5 Dec. 45

and it shows that on the same date the Hossbach meeting was taking place, a communiqué was being issued as a result of the Polish Ambassador's audience with Hitler, in which it was said in the course of the conversation that it was confirmed that Polish-German relations should not meet with difficulties because of the Danzig question. That Document is TC-73. I put it in as GB-27. On the 2d of January . . . .

THE PRESIDENT:. That hasn't been read before, has it?

LT. COL. GRIFFITH-JONES: It was read by the Attorney General in his opening.

THE PRESIDENT: In his opening? Very well.

LT. COL. GRIFFITH-JONES: On the 2d of January 1938 some unknown person wrote a memorandum for the Führer This document was one of the German Foreign Office documents of which a microfilm was captured by Allied troops when they came into Germany. It is headed, "Very confidential — personal only," and is called, "Deductions on the Report, German Embassy, London, regarding the Future Form of Anglo-German Relations":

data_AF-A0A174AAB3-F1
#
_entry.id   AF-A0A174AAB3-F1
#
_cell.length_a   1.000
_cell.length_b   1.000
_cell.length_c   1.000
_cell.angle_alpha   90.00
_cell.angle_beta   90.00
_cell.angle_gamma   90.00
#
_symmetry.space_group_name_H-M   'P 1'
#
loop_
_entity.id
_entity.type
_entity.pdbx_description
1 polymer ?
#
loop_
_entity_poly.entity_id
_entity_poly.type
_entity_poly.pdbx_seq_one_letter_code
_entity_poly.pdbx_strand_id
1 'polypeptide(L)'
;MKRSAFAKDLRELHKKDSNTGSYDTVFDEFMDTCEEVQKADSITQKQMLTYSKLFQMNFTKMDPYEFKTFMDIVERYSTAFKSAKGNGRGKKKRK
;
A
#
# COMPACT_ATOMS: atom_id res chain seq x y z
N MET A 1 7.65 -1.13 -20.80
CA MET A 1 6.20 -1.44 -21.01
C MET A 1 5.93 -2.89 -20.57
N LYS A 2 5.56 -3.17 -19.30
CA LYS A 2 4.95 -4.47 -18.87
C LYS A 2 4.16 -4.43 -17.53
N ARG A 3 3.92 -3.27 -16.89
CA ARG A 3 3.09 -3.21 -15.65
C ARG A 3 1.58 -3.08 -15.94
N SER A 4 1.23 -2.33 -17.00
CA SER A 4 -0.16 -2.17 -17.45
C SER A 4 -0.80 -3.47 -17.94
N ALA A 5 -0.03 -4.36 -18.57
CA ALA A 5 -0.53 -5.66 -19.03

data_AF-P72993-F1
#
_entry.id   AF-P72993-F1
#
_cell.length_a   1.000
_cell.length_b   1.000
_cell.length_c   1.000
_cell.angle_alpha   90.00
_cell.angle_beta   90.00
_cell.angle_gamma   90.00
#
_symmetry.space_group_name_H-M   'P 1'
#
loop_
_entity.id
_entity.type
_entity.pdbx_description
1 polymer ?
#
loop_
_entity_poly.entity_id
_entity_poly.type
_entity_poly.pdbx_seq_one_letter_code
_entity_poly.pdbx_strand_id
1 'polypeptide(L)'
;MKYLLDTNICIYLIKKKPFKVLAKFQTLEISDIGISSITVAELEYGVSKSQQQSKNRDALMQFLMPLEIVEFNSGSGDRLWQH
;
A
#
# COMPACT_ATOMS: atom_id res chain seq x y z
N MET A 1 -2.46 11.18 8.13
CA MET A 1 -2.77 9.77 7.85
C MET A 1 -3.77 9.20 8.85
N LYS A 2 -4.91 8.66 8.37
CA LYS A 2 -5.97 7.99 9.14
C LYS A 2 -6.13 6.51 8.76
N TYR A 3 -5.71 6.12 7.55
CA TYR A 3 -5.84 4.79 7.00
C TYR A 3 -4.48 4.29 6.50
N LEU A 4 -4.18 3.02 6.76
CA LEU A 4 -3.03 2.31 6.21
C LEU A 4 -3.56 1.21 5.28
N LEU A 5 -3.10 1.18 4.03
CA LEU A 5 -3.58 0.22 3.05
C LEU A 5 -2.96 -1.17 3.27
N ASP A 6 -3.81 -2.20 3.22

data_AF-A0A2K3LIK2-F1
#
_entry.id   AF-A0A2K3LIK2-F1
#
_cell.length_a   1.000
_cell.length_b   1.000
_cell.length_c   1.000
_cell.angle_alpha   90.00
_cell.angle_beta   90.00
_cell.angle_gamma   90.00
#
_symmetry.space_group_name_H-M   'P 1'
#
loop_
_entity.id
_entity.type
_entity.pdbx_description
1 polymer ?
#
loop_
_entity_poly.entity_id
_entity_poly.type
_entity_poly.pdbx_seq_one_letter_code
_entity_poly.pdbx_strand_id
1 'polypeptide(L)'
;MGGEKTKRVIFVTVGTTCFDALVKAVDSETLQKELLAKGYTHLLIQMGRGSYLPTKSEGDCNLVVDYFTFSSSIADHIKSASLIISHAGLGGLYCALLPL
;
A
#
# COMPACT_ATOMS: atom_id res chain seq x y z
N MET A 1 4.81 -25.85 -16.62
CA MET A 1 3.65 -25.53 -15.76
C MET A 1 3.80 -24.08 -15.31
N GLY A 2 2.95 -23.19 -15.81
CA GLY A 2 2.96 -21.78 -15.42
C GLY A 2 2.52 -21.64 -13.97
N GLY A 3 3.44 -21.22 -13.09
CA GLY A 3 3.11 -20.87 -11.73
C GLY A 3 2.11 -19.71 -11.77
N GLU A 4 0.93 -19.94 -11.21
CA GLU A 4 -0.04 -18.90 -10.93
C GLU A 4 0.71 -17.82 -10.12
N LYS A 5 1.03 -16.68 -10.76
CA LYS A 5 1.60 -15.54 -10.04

"With the realization that Germany will not tie herself to a status quo in Central Europe, and that sooner or later a military conflict in Europe is possible, the hope of an agreement will slowly disappear among Germanophile British politicians, insofar as they are not merely playing a part that has been given to them. Thus the fateful question arises: Will Germany and England eventually be forced to drift into separate camps and will they march once more against each other one day? To answer this question, one must realize the following:

"A change of the status quo in the East in the German sense can only be carried out by-force. As long as France knows that England, which so to speak, has taken on a guarantee to aid France against Germany, is on her side, France's fighting for her eastern allies is probable, in any case, always possible, and thus with it war between Germany and England. This applies then even if England does not want war. England, believing she must defend her borders on the Rhine, would be dragged in automatically by France. In other words, peace or war between England and Germany rests solely in the hands of France, who could bring about such a war between Germany and England by way of a conflict between Germany and France. It follows, therefore, that war between Germany and England on account of France can be prevented only if France knows from the start that England's forces would not be sufficient to guarantee their common victory. Such a situation might force England, and thereby France, to accept a